Yesterday, I heard someone in desperation, say, “We are all just virtually trying to hold one another.” During this enforced physical isolation, the meaning of virtual has been made clear to me. Virtual does not mean, online, or mediated over technology, like zoom, or the telephone. Virtual actually means, almost. You cannot almost hold someone, or almost be present, or almost LOVE. We can hold, be present and LOVE one another even if our holding, presence, and LOVE must be mediated over technology. Mediated holding, presence, and LOVE may not be our preferred method, but it is the method we are blessed with on this particular journey we are all on together and mediated or not our we are still holding, being present, and embodying LOVE for one another.

I know that it is tempting to hunker down, withdraw, or busy ourselves with distractions; anything to avoid what we are feeling right now. We all have enough on our plates right now. You take care of your isolation and I will take care of mine. It is no coincidence that in times of grief humans turn to food to seek not only physical nourishment but spiritual nourishment as well. In the midst of their grief Cleopas and his wife recognized the Risen CHRIST in the breaking of the bread. In our physical isolation, we may not be able to gather around a meal to nourish one another, but we can provide nourishment to one another. In the midst of grief, people have always gathered around a meal to share stories and song. Today, in the midst of our many griefs, we can actually hold one another in the same way people have been holding one another since the beginning of time. We can hold one another in story. You tell me your story and I can tell you mine. The sharing of stories continues to provide the nourishment we need for the journey we are now on.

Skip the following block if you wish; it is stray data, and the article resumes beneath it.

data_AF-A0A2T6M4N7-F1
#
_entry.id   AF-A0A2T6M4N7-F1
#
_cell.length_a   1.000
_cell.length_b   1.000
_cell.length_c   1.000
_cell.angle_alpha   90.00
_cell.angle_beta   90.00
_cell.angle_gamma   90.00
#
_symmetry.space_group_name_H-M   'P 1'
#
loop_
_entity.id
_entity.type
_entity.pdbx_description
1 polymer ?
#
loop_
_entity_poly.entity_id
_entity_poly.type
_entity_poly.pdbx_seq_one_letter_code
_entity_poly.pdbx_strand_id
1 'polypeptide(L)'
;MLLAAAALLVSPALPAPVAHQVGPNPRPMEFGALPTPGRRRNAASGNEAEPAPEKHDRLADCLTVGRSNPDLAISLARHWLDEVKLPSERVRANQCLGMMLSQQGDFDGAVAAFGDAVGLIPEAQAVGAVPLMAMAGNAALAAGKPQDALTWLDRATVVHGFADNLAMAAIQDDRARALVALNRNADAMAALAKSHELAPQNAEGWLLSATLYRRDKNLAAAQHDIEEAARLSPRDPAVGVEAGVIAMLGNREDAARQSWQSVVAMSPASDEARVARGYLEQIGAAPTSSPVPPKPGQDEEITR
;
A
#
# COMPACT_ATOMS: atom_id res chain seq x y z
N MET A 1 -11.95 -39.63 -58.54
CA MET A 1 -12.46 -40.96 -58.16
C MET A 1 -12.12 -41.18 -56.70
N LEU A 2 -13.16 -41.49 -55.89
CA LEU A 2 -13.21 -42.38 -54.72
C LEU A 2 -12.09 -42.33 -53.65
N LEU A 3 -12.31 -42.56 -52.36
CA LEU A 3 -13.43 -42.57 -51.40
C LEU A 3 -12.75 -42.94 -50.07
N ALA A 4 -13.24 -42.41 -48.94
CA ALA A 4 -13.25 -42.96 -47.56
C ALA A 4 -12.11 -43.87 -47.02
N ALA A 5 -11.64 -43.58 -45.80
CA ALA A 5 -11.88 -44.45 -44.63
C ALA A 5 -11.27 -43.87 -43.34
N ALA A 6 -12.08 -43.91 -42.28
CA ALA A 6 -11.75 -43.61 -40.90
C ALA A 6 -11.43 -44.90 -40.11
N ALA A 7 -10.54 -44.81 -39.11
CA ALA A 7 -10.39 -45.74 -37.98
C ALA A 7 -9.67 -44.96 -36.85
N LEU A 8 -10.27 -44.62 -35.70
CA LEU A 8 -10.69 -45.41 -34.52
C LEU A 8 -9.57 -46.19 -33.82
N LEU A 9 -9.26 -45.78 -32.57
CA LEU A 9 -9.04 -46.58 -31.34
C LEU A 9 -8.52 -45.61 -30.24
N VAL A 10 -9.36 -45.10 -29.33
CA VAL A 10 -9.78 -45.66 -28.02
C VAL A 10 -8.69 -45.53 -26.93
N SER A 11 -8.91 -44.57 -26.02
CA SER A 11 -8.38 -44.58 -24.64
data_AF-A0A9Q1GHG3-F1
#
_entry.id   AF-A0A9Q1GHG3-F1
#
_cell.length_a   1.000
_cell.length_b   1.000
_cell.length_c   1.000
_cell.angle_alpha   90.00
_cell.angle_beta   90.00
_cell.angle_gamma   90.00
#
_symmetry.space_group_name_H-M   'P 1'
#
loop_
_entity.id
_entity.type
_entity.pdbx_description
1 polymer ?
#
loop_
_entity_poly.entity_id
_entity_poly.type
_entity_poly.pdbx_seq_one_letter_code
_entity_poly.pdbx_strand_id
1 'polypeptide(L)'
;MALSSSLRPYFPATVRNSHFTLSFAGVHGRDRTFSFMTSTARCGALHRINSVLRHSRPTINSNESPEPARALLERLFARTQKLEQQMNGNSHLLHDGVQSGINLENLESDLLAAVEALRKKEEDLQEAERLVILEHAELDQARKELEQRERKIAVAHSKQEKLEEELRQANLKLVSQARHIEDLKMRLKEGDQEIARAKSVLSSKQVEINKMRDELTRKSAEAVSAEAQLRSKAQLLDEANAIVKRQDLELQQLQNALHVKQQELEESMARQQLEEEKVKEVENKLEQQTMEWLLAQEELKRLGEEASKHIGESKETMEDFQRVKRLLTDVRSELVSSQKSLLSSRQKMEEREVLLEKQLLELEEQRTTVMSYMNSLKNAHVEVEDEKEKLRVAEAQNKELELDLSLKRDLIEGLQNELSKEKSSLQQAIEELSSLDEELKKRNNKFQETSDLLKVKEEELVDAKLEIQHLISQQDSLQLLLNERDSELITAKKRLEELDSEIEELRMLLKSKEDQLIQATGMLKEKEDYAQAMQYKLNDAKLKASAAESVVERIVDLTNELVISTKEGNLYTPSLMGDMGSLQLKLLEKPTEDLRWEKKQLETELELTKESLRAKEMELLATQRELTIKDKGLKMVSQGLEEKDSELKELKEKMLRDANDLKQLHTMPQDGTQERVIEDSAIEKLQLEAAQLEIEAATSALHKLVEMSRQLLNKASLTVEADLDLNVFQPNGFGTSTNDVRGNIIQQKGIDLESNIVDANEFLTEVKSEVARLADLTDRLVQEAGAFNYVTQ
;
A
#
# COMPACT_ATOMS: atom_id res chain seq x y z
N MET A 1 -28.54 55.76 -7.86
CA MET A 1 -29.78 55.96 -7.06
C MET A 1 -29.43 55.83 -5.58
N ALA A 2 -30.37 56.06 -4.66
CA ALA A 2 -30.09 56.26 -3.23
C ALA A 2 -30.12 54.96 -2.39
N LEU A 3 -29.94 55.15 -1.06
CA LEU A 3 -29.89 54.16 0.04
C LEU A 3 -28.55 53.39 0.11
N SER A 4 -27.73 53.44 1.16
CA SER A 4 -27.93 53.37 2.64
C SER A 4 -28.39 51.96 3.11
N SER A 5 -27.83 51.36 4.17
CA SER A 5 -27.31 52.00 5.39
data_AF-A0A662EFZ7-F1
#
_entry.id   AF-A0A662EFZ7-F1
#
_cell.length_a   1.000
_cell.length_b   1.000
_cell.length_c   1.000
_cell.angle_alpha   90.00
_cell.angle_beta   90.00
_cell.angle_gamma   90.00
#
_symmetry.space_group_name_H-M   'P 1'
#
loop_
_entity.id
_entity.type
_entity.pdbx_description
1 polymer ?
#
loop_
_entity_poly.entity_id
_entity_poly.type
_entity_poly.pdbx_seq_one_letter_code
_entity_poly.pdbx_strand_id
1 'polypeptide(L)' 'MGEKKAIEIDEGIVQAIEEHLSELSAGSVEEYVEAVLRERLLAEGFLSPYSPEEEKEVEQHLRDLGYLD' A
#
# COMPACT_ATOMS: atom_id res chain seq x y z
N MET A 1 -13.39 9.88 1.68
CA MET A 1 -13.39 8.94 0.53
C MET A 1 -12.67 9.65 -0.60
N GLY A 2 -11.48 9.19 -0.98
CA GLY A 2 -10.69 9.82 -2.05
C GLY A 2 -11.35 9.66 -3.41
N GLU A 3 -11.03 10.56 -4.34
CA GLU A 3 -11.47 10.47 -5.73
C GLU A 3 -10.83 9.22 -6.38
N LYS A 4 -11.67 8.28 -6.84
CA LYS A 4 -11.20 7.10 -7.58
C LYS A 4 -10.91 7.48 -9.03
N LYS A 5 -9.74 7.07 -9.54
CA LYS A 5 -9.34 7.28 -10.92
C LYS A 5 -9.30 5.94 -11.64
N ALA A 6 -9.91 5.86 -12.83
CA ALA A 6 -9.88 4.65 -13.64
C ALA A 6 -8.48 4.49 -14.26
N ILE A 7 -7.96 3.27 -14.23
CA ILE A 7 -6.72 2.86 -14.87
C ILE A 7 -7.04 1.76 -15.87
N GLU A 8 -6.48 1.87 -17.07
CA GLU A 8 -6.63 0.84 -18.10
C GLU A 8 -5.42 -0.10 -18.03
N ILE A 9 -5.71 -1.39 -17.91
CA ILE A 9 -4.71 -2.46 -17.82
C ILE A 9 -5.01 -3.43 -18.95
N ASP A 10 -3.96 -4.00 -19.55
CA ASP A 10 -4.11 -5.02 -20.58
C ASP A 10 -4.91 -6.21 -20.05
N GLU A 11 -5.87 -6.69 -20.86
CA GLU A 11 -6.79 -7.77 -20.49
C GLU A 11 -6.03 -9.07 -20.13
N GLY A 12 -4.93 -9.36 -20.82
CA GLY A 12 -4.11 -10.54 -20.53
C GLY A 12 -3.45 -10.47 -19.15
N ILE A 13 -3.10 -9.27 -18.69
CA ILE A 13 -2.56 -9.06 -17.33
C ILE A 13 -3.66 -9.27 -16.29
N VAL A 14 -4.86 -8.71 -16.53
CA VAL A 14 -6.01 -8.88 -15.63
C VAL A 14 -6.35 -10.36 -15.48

Our current predicament reminds me of the Parable of the Spoons.Many of you will have heard the Parable of the Spoons before. But let me mediate the story for you over this particular visual media. Watch this portrayal of the Parable.

Our stories whether they are told, sung, played, painted, sculpted, dramatized, or simply spoken, our stories are the spoons with which we nourish one another. This is not about pitting one story against another story. This is about sharing stories so that we can not only share the pain of our grief, but also share our need to make meaning out of our loss. Grieving through story is the process of experiencing the joy and pain of living.

It is so very difficult to find ourselves physically isolated in our many griefs. So, we reach out using whatever spoons we can find to feed one another. We don’t have to do this “virtually”. We can actually do this. Pick up the phone, Zoom in, FaceTime, snail-mail, driveway visits; use whatever spoons you are blessed to find to feed people, nourish them in the sharing of your stories and the hearing of their stories. As for those moments when you no longer have the strength to feed another soul, let yourself be fed. Open yourself and your grief to the joy and pain of living. Receive the stories as the nourishment we all need on this peculiar road to Emmaus that we are all on.